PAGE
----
Gutierrez’s resignation is void, not valid | Inquirer Opinion
As I See It

Gutierrez’s resignation is void, not valid

FIRST, I would like to say that Merceditas Gutierrez deserves praise for resigning as ombudsman, although she should have done it much earlier. She saved everybody, herself most of all, the pain, time and expense of a long, tedious and useless impeachment trial. It also saved the people time that could have been wasted watching on television a “moro-moro” that is totally unnecessary. And it denied politicians an opportunity to grandstand and the senators to wear those silly togas. Togas do not make their wearers any wiser. Senate President Juan Ponce Enrile would still be a competent lawyer while Senators Lito Lapid and Bong Revilla would still be ignorant of the finer points of the law whether they are wearing silly togas or ordinary clothes. (The same is true with Supreme Court justices.)

On the other hand, I would like to add that her resignation as ombudsman is not valid, according to Ateneo law professor Alan Paguia, to which I agree. That resignation, said Paguia, is void ab initio.

How can she relinquish an office she no longer holds? Her term had expired in 2009, he said.

“Her resignation, like her impeachment, is a cover-up for thousands of illegal indictments and acquittals she has signed without jurisdiction after the automatic expiration of her inherited constitutional term,” Paguia said.


“In other words, in spite of her dubious resignation, she still has to account for such acts of bad faith, not only to the sovereign Filipino people but also to the individual victims of her sham indictments and acquittals.

“Those who were illegally indicted would do well to move to have their cases against them dismissed. Those who were illegally acquitted should be re-investigated for possible indictment. The common ground for such courses of action would be lack of jurisdiction on the part of Gutierrez.”

Why is Merci’s resignation void? Why was she no longer ombudsman since 2009? Here’s why:

The Constitution is very clear on the term of the ombudsman: seven years without reappointment. Simeon Marcelo was appointed ombudsman in 2002. His original term would have expired on Nov. 23, 2009. But Marcelo resigned in 2005 and Merci was appointed to replace him. Therefore, Merci could serve only the unexpired term of Marcelo, which is until 2009.


Merci claims, on the other hand, that she was appointed by President Gloria Macapagal-Arroyo to a new seven-year term, or until 2012. However, even a presidential signature cannot change the term mandated by the Constitution, which has been ratified by the people. So Merci’s term as ombudsman automatically expired in 2009 by operation of law. No one is above the law. Not the ombudsman, not even the President. The Constitution says the ombudsman’s term is seven years. So the term of the latest ombudsman is from 2002 to 2009—exactly seven years. Marcelo served the first half; Merci served the second half. The full term expired in 2009. Merci ceased to be ombudsman by that time.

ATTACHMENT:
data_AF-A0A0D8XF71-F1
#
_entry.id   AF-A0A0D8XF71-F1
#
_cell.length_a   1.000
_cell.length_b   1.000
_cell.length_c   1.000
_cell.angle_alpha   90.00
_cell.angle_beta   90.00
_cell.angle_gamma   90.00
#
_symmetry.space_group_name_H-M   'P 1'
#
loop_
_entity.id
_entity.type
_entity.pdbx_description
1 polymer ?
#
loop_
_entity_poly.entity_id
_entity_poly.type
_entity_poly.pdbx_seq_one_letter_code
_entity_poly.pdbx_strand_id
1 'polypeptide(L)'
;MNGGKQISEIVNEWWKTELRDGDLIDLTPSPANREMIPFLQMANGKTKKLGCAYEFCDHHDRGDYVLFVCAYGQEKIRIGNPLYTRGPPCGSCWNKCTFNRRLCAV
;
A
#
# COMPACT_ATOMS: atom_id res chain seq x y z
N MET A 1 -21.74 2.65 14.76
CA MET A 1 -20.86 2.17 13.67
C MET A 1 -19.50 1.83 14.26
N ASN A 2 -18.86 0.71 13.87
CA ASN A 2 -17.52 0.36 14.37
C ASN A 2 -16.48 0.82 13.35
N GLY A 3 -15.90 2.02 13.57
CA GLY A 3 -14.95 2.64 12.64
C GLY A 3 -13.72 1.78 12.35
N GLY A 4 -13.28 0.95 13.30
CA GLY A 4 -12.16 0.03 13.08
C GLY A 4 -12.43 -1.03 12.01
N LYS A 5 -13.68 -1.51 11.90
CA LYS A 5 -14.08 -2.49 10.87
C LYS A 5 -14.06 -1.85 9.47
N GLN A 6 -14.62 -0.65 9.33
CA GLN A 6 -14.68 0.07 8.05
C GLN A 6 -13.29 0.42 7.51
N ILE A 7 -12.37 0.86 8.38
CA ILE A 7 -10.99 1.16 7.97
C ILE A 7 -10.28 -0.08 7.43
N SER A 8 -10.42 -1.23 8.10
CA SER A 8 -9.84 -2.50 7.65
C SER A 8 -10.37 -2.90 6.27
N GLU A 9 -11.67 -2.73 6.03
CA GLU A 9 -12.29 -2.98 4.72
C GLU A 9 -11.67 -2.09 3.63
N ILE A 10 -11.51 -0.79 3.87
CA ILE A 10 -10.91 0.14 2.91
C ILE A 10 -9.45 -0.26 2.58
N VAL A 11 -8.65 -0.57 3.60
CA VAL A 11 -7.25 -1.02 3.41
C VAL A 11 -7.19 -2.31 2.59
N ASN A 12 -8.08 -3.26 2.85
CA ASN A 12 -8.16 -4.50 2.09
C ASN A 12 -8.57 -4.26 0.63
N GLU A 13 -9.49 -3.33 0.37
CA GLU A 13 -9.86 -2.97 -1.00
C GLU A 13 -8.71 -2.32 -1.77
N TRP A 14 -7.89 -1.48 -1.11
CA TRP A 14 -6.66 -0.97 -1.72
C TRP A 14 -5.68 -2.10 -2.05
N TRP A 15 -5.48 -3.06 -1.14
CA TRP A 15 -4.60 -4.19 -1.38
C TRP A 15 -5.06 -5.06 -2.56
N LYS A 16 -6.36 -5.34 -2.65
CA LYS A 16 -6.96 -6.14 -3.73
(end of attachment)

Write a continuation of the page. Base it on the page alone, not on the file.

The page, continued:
But Merci continued to act as though she was still the ombudsman until she “resigned” a few days ago. During that time, she continued to issue orders, indict some public officials and acquit others. Those orders, indictments and acquittals are void, according to Paguia, as though they were never issued. Because she issued them when she no longer had any jurisdiction as ombudsman, her term having already expired since 2009.


Doesn’t that fact—that she ceased to be ombudsman beginning 2009—need a judicial declaration?

“That would be convenient,” answered Paguia, “but it is not necessary. The law inexorably takes its course without interference from anything or anybody. It doesn’t need anybody to say that ‘the term is over’ for the term to be really over. When the date for the expiration of the term arrives, the term expires automatically. The term is over, whether or nor you like it. Nobody, not even the President, can change the term provided by the Constitution. Only the sovereign people can do that in a plebiscite.”

Noynoy could have appointed a new ombudsman as soon as he was sworn in as President in 2010, the position having been vacant already, and allowed Merci to question her replacement in the Supreme Court.

The trouble is the President’s legal advisers are not giving him the correct legal advice: not the justice secretary, not the solicitor general, not the presidential legal adviser. Not being a lawyer himself, the President doesn’t know these things.

Now I read in the newspapers that Justice Secretary Leila de Lima is giving the President the wrong advice. She said the new ombudsman should be appointed to a new seven-year term. Wrong.

The term of the new ombudsman is from 2009 to 2016. Merci illegally served two years; the new appointee to the position has five years left. President Aquino must follow our Constitution. If he follows the advice of Secretary De Lima, he, the whole Philippine government, would be the laughingstock of the world legal community.

Maybe there is an oversight here, maybe the legal advisers forgot to study their law more meticulously and was not able to advice the President better. But here is a chance to correct the series of blunders committed earlier and stop the world from laughing at us.

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I suggest the President consult other constitutional experts and order Secretary De Lima to study the issue further so that the wrongs committed in 2005 (when Merci was appointed to a new seven-year term) and in 2009 (when she did not relinquish the position despite the expiration of the term as mandated by the Constitution) can be set aright.

TAGS: Civil & public service, Gutierrez impeachment, Legal issues, politics

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